Never before have the environmental issues facing the world presented a greater challenge. Sadly, far too many companies and organisations seem to place more importance on being ‘seen to be green’ rather than actually making genuine efforts. Here is a brief insight into the very real things that we are doing in Dunlop Conveyor Belting.
We focus on three key areas; product life cycle, our products’ environmental impact and production processes. The amount of conveyor belting used (and discarded) annually represents the single biggest influence on the industry’s carbon footprint. Some 45,000 kilometers of non-biodegradable polyester and nylon fabric is manufactured and ultimately discarded every year, which is more than the circumference of our planet. Very conservatively, this represents some 150,000 tons in weight each year in Europe alone. The biggest single impact we can have is to continue to produce conveyor belts that can be used for up to four or five times longer than our competitors. Extending the product life cycle effectively reduces the amount of conveyor belting that needs to be manufactured in the first place while at the same time dramatically reducing the amount of worn out and damaged belt that is being consigned to the scrapheap and ultimately to landfill.
The impact this can have on the environment is truly amazing because it represents some 75,000 tons of conveyor belting that would not need to be made and transported thousands of kilometers each year. It also means that some 75,000 tons of rubber, polyester, nylon and all the associated chemicals would not have to be disposed of, most of which would be in a landfill.
Good quality belts can more than halve the amount of belt that ends up on the scrapheap.
The environmental impact of our products
The second aspect that we focus on is the chemicals and ingredients used to create the rubber and the lasting environmental impact that they can have on the environment, both in the short term and in the future. It is extremely dangerous in their own right. Fortunately, as far as Europe is concerned, there are very strong regulations designed to protect humans, wildlife and the environment in the form of REACH.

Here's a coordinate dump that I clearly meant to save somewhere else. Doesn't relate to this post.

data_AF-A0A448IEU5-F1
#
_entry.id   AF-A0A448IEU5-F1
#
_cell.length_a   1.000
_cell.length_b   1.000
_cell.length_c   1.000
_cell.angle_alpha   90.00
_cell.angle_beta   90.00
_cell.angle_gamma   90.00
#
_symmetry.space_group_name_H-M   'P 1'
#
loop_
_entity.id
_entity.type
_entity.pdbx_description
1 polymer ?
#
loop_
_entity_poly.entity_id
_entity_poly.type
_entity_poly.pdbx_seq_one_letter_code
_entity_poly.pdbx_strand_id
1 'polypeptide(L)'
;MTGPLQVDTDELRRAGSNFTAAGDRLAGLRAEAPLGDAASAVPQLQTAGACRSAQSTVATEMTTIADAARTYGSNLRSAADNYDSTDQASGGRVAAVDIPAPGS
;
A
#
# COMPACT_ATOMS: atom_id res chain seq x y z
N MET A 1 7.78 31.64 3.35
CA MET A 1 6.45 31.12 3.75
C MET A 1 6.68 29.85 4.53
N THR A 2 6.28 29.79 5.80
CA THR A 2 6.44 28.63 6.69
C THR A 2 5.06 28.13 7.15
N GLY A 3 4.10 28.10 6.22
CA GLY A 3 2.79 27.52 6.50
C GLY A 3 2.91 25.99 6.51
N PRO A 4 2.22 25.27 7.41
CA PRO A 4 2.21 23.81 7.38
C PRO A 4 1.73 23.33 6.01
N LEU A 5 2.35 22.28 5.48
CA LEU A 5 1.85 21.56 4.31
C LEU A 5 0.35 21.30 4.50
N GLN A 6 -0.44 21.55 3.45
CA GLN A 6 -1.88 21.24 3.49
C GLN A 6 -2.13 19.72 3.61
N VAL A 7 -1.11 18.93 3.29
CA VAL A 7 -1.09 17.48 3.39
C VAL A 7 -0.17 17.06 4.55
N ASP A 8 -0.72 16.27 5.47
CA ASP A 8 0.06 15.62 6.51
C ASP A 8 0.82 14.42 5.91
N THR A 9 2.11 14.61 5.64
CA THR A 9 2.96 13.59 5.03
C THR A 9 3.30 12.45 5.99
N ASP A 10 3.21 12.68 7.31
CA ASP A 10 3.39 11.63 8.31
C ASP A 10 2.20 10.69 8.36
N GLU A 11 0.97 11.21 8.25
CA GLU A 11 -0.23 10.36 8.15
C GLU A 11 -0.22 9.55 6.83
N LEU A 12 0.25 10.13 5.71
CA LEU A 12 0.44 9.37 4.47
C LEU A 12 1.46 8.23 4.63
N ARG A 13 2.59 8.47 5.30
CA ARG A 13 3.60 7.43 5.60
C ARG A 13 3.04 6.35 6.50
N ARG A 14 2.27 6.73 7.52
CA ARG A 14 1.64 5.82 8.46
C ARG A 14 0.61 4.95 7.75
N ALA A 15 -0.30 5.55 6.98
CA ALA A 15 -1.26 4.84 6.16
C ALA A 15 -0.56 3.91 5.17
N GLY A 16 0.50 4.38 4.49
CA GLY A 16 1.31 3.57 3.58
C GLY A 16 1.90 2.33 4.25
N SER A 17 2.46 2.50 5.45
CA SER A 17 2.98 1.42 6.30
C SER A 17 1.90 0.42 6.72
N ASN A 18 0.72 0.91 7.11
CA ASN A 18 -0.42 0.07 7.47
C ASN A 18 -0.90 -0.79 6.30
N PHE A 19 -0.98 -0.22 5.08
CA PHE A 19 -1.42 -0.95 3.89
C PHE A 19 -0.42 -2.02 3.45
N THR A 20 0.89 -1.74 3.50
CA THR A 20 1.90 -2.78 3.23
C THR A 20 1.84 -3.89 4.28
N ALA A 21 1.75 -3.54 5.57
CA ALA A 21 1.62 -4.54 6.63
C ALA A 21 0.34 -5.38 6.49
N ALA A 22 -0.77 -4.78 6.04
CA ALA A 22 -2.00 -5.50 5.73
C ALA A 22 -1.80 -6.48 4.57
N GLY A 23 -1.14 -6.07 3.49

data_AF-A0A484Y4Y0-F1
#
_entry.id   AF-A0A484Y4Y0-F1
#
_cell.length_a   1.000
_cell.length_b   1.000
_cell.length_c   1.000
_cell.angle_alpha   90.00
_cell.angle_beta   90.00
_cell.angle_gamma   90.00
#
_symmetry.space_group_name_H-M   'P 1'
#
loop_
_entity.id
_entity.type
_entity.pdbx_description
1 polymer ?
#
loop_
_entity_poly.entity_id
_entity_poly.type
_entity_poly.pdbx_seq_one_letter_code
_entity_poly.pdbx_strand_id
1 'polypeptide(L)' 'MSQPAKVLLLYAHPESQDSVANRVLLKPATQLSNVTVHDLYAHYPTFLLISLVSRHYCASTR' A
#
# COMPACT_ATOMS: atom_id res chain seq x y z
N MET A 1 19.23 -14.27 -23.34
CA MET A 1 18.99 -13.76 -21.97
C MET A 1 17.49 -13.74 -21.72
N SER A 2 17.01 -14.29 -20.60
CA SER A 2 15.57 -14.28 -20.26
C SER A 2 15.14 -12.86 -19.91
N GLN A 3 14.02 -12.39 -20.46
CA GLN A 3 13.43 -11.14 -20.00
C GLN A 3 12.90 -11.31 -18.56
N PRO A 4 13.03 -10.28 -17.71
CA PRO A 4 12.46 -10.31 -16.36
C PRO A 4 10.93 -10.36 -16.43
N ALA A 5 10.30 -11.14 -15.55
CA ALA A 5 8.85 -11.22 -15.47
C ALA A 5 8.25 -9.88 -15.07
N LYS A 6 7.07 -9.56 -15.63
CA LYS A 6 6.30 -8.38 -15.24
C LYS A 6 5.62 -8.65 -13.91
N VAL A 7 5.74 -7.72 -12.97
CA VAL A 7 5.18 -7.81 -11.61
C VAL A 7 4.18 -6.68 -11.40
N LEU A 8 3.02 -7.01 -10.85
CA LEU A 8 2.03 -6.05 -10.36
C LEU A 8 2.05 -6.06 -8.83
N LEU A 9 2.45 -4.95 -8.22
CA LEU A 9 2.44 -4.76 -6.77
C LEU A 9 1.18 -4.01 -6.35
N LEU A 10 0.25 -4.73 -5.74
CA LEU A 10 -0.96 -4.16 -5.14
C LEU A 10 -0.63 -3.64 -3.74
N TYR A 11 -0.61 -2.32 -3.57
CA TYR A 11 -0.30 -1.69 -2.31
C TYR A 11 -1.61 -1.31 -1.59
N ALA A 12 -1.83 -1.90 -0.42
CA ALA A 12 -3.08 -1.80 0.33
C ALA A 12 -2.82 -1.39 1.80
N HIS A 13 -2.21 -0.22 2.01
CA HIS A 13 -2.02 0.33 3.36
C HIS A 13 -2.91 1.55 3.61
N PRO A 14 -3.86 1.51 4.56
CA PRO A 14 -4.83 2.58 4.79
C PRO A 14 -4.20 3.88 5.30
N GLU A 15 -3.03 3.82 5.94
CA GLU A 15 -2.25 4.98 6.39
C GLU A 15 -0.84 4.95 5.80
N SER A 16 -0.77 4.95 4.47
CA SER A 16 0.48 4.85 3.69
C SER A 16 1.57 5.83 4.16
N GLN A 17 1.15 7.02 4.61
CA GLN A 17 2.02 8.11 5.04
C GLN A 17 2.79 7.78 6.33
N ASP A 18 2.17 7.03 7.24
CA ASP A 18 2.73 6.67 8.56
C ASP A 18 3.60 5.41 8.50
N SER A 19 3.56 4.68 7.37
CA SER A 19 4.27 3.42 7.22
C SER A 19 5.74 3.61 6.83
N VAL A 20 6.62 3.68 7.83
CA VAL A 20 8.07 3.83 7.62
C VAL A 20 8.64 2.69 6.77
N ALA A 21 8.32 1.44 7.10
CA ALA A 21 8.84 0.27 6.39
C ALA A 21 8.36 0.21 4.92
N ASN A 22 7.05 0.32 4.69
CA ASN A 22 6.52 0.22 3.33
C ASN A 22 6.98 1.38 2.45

REACH Regulation places direct responsibility on the industry to manage the risks from chemicals and to provide safety information. Dunlop Conveyor Belting was the first major manufacturer of conveyor belts to achieve REACH compliance and we have remained its leading advocates ever since. Unlike a great many of our competitors, we manufacture our own rubber. This enables us to comply with these regulations compared to most other belt manufacturers because we have full control over everything that we do.
Accountability and responsibility
Sadly, many European conveyor belt manufacturers have chosen to ignore REACH, either completely or at least partially because of the impact on production costs. Worse still, although the majority of conveyor belting is imported from South East Asia, primarily China, manufacturers located outside of EU member states and the UK are not subject to REACH regulations or even EU regulations concerning the use of Persistent Organic Pollutants (POPs). They are therefore free to use unregulated raw materials even though those same materials may be entirely prohibited or at least have strict usage limitations within Europe.
The production process
Much of the machinery used to manufacture rubber industrial conveyor belts is old and not always as energy efficient as it could be. However, at Dunlop Conveyor Belting, we have invested many millions of euros replacing outdated machines and building new, technically advanced production lines. This reduces our carbon footprint by using less energy.
Finally, we have introduced new products such as our single-ply Ultra X range of belts that possess many environmental advantages. Firstly, having a single-ply construction helps to maximise production efficiency and minimises the amount of power consumed. Another advantage is that having a thinner but stronger carcass reduces the amount of rubber and polyester and nylon fabric used in the manufacturing process, all of which helps to reduce its carbon footprint.
Side by side with nature
Practical examples of how our products have less impact on the environment include the fact that because of the high-quality rubber we use to make our products, our conveyor belts make much less noise when in motion compared to their lower-grade rivals. An example of this can be witnessed in St. Neots in the UK where a quarry is situated beside a local wildlife reserve. Operations and maintenance staff have reported a 50% reduction in noise levels more than after changing to Dunlop belts. Yet another example is how, because of their superior strength to weight ratio, Dunlop Ultra X belts act as floating barriers that are being used to gather up plastic waste floating on rivers and oceans across the world. In Dunlop, when it comes to the environment, actions speak louder than words.